While some satellites can be simply shut down by the hackers or hijacked to jam the signals they send, the ones equipped with thrusters could potentially be launched to crash into other satellites or even into the ISS, the researcher warns.
As private companies continue to deploy more and more space satellites into Earth’s orbit, it appears that this tendency may present a significant risk to our planet’s population if proper security measures are not implemented.
As William Akoto, a postdoctoral research fellow at the University of Denver, explained in his article published on Live Science, the “lack of cybersecurity standards and regulations for commercial satellites”, along with the “complex supply chains and layers of stakeholders” involved, leaves satellites “highly vulnerable” to cyberattacks.
Furthermore, since some satellites have thrusters, hackers could potentially try to alter their orbits and crash them into other satellites or even into the International Space Station, he adds.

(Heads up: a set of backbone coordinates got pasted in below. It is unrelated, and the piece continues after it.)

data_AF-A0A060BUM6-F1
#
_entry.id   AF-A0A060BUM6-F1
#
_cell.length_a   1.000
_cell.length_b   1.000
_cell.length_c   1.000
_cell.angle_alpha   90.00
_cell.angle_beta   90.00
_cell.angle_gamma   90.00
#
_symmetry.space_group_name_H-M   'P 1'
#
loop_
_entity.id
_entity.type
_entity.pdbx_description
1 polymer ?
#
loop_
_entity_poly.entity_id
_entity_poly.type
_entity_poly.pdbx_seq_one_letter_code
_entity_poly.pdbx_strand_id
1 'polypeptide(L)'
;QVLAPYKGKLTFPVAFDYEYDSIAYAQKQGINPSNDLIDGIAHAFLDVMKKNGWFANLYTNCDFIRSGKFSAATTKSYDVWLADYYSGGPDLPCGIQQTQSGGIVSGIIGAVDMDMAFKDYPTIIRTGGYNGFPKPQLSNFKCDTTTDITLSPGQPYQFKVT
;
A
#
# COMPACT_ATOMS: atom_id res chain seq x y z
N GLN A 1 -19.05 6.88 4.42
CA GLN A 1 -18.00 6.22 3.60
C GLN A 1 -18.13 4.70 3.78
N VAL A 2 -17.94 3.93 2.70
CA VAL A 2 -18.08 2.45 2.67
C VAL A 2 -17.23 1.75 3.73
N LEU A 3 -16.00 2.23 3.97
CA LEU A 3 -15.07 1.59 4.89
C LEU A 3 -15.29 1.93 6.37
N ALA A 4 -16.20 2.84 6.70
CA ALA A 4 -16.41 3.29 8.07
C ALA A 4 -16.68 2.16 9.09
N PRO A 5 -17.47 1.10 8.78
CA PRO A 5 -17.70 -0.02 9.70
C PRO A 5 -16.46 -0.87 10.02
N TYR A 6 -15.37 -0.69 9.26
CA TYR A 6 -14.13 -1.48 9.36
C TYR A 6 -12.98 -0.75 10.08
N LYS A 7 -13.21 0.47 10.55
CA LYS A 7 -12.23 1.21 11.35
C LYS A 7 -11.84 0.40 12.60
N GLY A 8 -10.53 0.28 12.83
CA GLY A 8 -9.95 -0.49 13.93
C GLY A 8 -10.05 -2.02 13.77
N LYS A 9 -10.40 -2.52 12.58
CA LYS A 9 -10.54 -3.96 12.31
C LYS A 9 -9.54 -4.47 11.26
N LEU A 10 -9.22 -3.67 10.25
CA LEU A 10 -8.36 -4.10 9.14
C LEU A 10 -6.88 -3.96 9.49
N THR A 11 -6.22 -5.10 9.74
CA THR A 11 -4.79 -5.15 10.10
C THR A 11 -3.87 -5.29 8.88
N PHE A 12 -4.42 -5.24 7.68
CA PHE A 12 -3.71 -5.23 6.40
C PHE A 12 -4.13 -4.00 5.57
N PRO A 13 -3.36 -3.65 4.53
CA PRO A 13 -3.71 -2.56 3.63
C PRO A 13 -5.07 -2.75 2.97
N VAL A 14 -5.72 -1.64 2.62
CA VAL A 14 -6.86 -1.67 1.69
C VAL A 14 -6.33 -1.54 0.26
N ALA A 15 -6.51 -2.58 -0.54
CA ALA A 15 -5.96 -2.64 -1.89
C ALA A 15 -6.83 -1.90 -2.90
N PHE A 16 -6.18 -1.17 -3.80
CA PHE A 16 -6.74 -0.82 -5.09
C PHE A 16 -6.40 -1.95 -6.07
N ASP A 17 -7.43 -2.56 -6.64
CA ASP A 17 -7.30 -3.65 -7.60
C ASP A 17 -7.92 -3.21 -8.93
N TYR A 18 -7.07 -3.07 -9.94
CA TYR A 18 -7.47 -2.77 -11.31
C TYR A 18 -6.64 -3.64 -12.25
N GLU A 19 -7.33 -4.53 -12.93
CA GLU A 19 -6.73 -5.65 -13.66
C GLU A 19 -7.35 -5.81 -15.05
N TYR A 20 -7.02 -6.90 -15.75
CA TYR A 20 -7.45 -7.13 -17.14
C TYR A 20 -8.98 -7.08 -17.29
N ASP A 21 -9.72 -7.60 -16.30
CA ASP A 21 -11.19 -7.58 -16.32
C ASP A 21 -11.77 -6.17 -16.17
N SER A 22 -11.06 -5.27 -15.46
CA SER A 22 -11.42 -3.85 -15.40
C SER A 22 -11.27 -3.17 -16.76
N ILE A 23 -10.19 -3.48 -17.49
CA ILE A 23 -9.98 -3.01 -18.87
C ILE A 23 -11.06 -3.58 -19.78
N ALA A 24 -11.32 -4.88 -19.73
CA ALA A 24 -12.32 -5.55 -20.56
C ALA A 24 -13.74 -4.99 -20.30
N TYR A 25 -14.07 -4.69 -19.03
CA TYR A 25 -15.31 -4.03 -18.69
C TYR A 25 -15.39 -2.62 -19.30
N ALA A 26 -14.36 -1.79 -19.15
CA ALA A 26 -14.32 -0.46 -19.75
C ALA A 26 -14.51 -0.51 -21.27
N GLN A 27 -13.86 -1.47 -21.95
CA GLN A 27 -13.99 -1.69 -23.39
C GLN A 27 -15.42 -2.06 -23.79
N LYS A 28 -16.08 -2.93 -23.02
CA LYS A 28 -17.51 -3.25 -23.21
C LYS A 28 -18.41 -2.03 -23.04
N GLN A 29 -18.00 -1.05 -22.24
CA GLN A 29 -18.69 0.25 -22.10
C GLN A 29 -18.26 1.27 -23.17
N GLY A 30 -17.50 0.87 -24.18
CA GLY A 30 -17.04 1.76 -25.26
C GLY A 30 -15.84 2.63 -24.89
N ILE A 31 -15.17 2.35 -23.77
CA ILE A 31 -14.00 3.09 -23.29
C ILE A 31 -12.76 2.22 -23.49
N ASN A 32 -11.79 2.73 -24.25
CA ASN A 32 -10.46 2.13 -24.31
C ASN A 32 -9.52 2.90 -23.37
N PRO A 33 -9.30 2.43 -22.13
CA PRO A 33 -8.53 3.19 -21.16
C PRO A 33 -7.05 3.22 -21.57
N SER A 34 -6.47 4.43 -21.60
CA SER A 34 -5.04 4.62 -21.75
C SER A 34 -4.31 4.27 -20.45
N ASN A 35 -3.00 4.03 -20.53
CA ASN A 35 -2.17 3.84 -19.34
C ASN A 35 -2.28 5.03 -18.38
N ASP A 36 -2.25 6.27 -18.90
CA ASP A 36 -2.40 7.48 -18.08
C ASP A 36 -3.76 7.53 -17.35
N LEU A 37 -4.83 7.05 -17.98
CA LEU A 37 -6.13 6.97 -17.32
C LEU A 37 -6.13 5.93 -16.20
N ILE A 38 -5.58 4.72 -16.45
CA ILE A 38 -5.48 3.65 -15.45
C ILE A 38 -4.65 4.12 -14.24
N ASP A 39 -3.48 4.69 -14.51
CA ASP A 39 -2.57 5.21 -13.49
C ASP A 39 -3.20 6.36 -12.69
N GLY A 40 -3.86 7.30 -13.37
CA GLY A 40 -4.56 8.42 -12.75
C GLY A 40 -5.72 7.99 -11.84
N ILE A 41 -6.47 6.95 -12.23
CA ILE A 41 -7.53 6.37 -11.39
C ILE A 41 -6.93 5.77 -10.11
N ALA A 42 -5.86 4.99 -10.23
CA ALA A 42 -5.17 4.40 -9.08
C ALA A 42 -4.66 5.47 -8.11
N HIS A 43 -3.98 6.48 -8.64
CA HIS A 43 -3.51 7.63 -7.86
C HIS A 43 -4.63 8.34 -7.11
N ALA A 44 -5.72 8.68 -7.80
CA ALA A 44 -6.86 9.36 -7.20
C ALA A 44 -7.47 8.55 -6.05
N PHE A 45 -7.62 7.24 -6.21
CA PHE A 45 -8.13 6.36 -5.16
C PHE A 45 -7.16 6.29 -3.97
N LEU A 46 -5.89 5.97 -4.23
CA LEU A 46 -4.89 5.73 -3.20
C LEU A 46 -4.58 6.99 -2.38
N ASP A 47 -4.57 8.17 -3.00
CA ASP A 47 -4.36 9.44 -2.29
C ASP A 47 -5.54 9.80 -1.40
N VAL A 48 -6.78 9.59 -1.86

Also, since many of the commercial satellites, such as CubeSats, use “off-the-shelf technology”, it allegedly presents hackers with opportunities to install back doors into their software, with further vulnerabilities stemming from the fact that launching satellites into space usually involves multiple companies and that satellites day-to-day management is often outsourced.
And whatever steps government agencies and the private sector might take to deal with this potential threat, Akoto argues that “it is imperative to act now”.
0.00 (0%) 0 votes